On Thanksgiving day, the two unbeatens took the field in front of a boisterous crowd. Notre Dame’s reputation as an “aerial circus” preceded it, and Dorais and the Irish did launch 21 passes, completing 10.  But they also stuck to the ground for 77 rushes, and simply ran roughshod over the Longhorns, to a 30-7 triumph.  Dorais complemented his passing by kicking three field goals in seven attempts.

The Jesse Harper era had started with a perfect 7-0 mark in which ND outscored its foes, 268-41. And the era of Knute Rockne the player ended, with the Irish captain garnering third-team All-American honors.  Dorais was a consensus first team All-American, Notre Dame’s first, and junior fullback Ray Eichenlaub was named to the second team.

Two years later, in 1915, ND reprised its Texas inaugural with a two-game trip to the land of 10-gallon hats. A Thanksgiving Day rematch in Austin resulted in a 36-7 pounding of the Longhorns.  Two days later, in Houston, the Irish wholloped Rice, 55-2, to complete a 7-1 season.

Notre Dame’s next trip to Texas did not include any actual football games. In 1924, Rockne’s “wonder team” featuring The Four Horsemen and The Seven Mules, accepted an invitation to play Stanford in the January 1, 1925 Rose Bowl game in Pasadena, California.  It was a bowl trip unlike any before or since – with numerous stops along the way to fete the famous team, and mingle with thousands of alumni, Knights of Columbus members and other Catholics drawn to this group.

From Chicago, the traveling party headed south, with stops in Memphis and New Orleans. Only after the festivities were done there did the train head west, through Texas.   Here is how the trip is described in Loyal Sons: The Story of The Four Horsemen and Notre Dame Football’s 1924 Champions:

Before departing for Houston on the Sunset Limited just after noon, Rockne thanked New Orleans for its gracious reception, but added that once in Houston, the social calendar would be cleared out and the players would get down to work in preparation for the big game. He also changed the team’s itinerary, skipping the stopover at El Paso in order to get more quickly to Tucson, where he felt the team could establish a base of operation more conducive to working up to game readiness.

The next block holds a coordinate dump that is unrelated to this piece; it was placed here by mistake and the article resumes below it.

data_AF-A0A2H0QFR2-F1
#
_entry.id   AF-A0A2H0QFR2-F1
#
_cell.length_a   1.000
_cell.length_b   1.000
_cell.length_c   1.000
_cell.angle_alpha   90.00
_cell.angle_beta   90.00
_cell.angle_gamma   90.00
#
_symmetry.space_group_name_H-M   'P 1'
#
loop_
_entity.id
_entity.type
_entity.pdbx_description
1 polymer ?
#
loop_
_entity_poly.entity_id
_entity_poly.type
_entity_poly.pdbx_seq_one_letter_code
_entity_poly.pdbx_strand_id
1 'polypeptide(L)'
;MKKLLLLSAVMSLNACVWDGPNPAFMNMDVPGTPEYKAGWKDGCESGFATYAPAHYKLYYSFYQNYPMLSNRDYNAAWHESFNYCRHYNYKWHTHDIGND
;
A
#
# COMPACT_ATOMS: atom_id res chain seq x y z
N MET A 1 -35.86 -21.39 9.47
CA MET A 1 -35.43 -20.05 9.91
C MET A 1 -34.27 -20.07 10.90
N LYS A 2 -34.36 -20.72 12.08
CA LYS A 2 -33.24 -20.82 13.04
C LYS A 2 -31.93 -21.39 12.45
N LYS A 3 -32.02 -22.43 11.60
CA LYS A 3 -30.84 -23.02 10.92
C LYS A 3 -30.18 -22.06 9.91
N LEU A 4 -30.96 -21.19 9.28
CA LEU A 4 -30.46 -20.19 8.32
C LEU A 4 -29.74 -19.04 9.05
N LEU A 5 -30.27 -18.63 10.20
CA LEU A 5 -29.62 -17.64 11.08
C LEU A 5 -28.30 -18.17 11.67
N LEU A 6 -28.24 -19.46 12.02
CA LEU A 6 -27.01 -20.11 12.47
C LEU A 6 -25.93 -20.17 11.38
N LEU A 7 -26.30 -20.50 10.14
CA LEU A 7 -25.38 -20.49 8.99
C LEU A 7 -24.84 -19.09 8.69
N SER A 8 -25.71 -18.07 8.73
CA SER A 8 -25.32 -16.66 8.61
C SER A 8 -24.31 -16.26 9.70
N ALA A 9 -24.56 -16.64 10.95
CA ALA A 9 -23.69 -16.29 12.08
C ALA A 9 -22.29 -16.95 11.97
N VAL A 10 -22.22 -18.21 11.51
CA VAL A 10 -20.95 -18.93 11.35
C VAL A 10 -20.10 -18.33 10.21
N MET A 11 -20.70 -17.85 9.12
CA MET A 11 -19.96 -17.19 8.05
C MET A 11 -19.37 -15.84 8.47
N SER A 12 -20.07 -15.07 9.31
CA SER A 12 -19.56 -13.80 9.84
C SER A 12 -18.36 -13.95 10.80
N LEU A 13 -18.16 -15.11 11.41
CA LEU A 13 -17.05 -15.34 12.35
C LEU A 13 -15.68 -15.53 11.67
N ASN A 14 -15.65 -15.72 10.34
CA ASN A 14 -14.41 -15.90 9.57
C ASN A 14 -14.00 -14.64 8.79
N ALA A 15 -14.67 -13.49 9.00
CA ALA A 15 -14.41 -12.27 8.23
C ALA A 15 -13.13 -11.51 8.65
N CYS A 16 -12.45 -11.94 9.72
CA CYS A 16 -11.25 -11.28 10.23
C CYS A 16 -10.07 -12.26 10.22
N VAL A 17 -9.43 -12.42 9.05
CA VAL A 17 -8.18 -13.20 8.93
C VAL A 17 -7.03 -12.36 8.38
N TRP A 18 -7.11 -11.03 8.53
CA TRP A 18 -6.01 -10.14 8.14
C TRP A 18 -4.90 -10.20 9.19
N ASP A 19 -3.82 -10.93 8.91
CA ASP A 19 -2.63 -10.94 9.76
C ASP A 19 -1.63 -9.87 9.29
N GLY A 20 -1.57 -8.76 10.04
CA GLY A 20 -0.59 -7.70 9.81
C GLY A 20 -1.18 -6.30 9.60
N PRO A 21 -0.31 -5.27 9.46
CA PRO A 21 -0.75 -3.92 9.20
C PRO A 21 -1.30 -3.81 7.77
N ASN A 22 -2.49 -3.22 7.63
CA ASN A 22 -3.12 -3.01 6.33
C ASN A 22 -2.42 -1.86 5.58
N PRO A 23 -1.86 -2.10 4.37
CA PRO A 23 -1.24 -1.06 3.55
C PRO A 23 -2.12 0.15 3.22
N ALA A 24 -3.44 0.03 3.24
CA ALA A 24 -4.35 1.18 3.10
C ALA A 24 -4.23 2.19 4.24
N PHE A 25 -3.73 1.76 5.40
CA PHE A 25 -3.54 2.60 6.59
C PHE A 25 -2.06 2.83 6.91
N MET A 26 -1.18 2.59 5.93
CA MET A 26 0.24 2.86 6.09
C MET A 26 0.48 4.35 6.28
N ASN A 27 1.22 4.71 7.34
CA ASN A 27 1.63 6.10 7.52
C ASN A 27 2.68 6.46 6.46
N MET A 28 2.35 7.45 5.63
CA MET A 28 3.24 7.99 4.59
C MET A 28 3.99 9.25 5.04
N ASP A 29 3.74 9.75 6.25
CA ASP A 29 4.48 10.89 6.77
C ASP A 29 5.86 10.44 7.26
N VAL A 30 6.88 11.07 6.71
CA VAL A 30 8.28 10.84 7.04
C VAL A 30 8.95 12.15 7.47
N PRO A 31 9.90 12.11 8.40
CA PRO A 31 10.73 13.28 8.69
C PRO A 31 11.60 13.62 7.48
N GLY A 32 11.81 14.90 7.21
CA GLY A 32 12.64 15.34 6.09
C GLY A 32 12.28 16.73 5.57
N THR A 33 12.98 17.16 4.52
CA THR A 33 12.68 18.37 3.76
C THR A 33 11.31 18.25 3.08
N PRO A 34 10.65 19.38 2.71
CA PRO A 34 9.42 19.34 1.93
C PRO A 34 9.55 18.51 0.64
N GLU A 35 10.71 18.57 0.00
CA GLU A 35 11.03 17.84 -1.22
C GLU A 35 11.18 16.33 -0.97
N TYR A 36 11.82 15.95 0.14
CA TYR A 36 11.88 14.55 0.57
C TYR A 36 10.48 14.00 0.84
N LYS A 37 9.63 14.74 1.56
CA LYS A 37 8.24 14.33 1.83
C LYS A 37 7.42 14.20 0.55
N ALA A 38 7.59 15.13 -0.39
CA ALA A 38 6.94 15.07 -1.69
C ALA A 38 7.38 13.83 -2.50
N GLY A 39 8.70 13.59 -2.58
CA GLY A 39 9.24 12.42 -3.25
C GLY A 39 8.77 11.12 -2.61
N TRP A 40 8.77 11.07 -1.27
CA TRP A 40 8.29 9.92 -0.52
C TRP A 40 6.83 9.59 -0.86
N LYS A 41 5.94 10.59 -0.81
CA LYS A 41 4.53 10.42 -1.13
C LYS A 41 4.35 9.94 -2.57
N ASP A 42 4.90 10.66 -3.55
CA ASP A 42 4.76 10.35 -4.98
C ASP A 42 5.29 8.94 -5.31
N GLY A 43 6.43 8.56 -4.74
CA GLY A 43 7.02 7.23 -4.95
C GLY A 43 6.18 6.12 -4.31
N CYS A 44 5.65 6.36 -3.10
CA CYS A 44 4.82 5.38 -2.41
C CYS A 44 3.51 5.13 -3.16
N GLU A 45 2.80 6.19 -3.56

Unusual weather continued to precede the team’s travels, as Houston was under a mantle of ice from a storm that dropped temperatures to 22 degrees, the city’s lowest reading in years. Local trains and telegraph services were out, leaving Houston “cut off from the rest of the world,” according to one report.…. But the traveling party pressed on, rolling over Southern Pacific lines on the Sunset Limited and pulling into Houston late Tuesday night. They were greeted by the local Knights of Columbus and taken to the Bender Hotel. A noon banquet on Wednesday, December 24, honored the team, after which a practice at the Rice Institute field elicited more pessimism from Rockne. The team looked soft and slow, he told reporters, due to too many rich meals at banquets and not enough physical exertion.

On Christmas Eve, Father O’Hara tried to lighten the mood by playing Santa Claus for the fellows, giving them each a token of the school’s admiration of them. The team attended midnight Mass at Sacred Heart Church. For most of the players, it was the first Christmas away from home.

The team did get to Tucson, where the weather was better and several good practices ensured. At the Rose Bowl, ND battled the great Ernie Nevers, who seemed unstoppable at times. But the Irish rose to the occasion at the right times, with one fumble returned for a touchdown, and two Elmer Layden TDs on interception returns. The result was a 27-10 triumph, a 10-0 record and the school’s first national championship.

It would not be until 1952 that ND would visit Texas again, for a 14-3 win in Austin. A string of games at SMU from 1949-58 produced some memorable results, including ND’s only regular-season loss in the state, 19-13 to SMU in 1956.

The sting of a 35-10 loss to Texas A&M in the Cotton Bowl following the 1987 season was wiped out by the 23-game winning streak that followed, including the 12-0 national championship season of 1988.